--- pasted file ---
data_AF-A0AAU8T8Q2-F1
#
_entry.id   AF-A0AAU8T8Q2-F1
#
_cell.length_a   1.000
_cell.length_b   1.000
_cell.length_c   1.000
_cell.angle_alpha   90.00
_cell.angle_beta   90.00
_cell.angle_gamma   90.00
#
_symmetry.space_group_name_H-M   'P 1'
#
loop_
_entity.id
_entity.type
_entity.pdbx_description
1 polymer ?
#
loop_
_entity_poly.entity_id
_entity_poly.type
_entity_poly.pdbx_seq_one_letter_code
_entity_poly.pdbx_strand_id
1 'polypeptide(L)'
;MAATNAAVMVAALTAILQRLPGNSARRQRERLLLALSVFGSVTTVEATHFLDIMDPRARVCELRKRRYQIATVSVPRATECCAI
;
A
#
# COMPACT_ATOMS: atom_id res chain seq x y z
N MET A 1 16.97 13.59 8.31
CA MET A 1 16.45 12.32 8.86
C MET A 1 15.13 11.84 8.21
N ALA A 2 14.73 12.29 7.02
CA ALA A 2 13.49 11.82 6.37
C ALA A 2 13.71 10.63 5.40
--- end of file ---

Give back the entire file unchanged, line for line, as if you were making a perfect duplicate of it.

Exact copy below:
data_AF-A0AAU8T8Q2-F1
#
_entry.id   AF-A0AAU8T8Q2-F1
#
_cell.length_a   1.000
_cell.length_b   1.000
_cell.length_c   1.000
_cell.angle_alpha   90.00
_cell.angle_beta   90.00
_cell.angle_gamma   90.00
#
_symmetry.space_group_name_H-M   'P 1'
#
loop_
_entity.id
_entity.type
_entity.pdbx_description
1 polymer ?
#
loop_
_entity_poly.entity_id
_entity_poly.type
_entity_poly.pdbx_seq_one_letter_code
_entity_poly.pdbx_strand_id
1 'polypeptide(L)'
;MAATNAAVMVAALTAILQRLPGNSARRQRERLLLALSVFGSVTTVEATHFLDIMDPRARVCELRKRRYQIATVSVPRATECCAI
;
A
#
# COMPACT_ATOMS: atom_id res chain seq x y z
N MET A 1 16.97 13.59 8.31
CA MET A 1 16.45 12.32 8.86
C MET A 1 15.13 11.84 8.21
N ALA A 2 14.73 12.29 7.02
CA ALA A 2 13.49 11.82 6.37
C ALA A 2 13.71 10.63 5.40